Lectionary Reflections: Twenty-Seventh Sunday of Ordinary Time [c] October 6, 2013

Engaging Faith | Mon, Sep 30, 2013

By John Bucki, SJ
Source: Center of Concern

Twenty-Seventh Sunday of Ordinary Time [c] October 6, 2013


Habakkuk 1:2-3; 2:2-4

2 Timothy 1:6-8, 13-14

Luke 17:5-10



Oct. 4: Feast of St, Francis of Assisi

Oct. 6: Respect Life Sunday

Oct. 7: World Habitat Day-


Oct. 14: Columbus Day in the United States

Oct. 14: Thanksgiving Day in Canada




“… the vision still has its time, presses on to fulfillment, and will not disappoint.”

Habakkuk 2:3


“It is to be hoped that hatred and violence will not triumph in people's hearts, especially among those who are struggling for justice, and that all people will grow in the spirit of peace and forgiveness.”

Pope John Paul II, Centesimus Annus


“The Church … has always taught and continues today to teach a very simple axiom: peace is possible. Indeed, the Church does not tire of repeating that peace is a duty. It must be built on the four pillars indicated by Blessed John XXIII in his Encyclical Pacem in Terris: truth, justice, love and freedom. A duty is thus imposed upon all those who love peace: that of teaching these ideals to new generations, in order to prepare a better future for all mankind.”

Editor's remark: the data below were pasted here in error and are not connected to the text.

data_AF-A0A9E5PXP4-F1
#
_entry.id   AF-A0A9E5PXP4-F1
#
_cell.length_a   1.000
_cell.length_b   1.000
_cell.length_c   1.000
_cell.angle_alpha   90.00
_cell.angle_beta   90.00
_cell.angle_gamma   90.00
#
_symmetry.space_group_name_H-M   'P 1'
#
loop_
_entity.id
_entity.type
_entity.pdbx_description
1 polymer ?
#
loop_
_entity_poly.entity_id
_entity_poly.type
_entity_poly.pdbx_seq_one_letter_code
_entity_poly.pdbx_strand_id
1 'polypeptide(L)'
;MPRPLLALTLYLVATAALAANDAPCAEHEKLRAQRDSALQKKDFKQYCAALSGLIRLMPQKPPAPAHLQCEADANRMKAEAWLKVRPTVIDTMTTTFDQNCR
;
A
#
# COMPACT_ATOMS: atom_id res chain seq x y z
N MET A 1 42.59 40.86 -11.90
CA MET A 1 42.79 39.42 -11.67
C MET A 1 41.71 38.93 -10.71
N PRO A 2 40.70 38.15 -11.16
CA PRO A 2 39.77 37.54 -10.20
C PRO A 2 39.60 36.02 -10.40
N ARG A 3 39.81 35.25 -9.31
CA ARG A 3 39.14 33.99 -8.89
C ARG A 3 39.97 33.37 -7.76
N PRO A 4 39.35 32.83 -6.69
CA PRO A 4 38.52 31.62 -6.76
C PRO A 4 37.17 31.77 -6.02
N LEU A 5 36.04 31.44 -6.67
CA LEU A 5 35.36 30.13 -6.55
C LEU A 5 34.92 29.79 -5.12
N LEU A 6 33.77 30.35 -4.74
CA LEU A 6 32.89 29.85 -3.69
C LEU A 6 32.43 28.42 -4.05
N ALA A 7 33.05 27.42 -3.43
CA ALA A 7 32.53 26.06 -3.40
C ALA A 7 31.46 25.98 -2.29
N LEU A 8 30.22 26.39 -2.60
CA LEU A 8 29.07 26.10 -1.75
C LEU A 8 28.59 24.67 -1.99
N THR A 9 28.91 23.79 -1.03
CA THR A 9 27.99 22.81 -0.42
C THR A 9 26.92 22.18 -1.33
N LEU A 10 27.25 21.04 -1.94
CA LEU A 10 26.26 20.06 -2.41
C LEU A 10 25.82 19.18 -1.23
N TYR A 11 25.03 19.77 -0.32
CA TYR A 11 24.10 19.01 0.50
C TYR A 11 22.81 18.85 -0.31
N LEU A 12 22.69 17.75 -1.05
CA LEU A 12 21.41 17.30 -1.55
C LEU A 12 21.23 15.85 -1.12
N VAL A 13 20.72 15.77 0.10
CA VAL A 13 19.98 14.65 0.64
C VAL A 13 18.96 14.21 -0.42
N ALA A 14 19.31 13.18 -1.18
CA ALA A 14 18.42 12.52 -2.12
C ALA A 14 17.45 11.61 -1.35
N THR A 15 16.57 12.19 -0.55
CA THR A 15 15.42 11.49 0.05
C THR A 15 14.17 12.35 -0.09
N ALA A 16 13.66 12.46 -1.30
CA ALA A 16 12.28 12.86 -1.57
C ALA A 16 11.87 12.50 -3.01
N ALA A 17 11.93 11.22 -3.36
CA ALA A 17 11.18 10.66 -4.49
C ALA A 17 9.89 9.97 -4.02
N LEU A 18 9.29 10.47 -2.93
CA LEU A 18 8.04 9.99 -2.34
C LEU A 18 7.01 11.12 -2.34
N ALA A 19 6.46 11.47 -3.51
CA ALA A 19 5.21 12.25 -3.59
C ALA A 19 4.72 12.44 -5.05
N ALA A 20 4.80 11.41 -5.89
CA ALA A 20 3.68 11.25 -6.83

Pope John Paul II, Jan. 1, 2004


“Where would we be today if certain women, men, young people, and also children had not arisen at moments when the human family seemed destined for the worst? They did not say: "Let things take their course!" Beyond the confrontations between persons, peoples, and spiritual families, they prepared a way of trusting. Their lives bear witness to the fact that human beings have not been created for hopelessness.”  

Brother Roger of Taize


“The search for peace is long and demands patience and perseverance! Let us keep praying for this!”

Pope Francis, Sept. 8, 2013


“… all humanity, made in the image and likeness of God, is one family, in which relationships are marked by a true fraternity not only in words: the other person is a brother or sister to love, and our relationship with God, who is love, fidelity and goodness, mirrors every human relationship and brings harmony to the whole of creation. God’s world is a world where everyone feels responsible for the other, for the good of the other.” 

Pope Francis, Sept. 7, 2013


Thoughts for your consideration


The readings for this Sunday speak of the wonderful, positive power of faith amid all kinds of problems and challenges.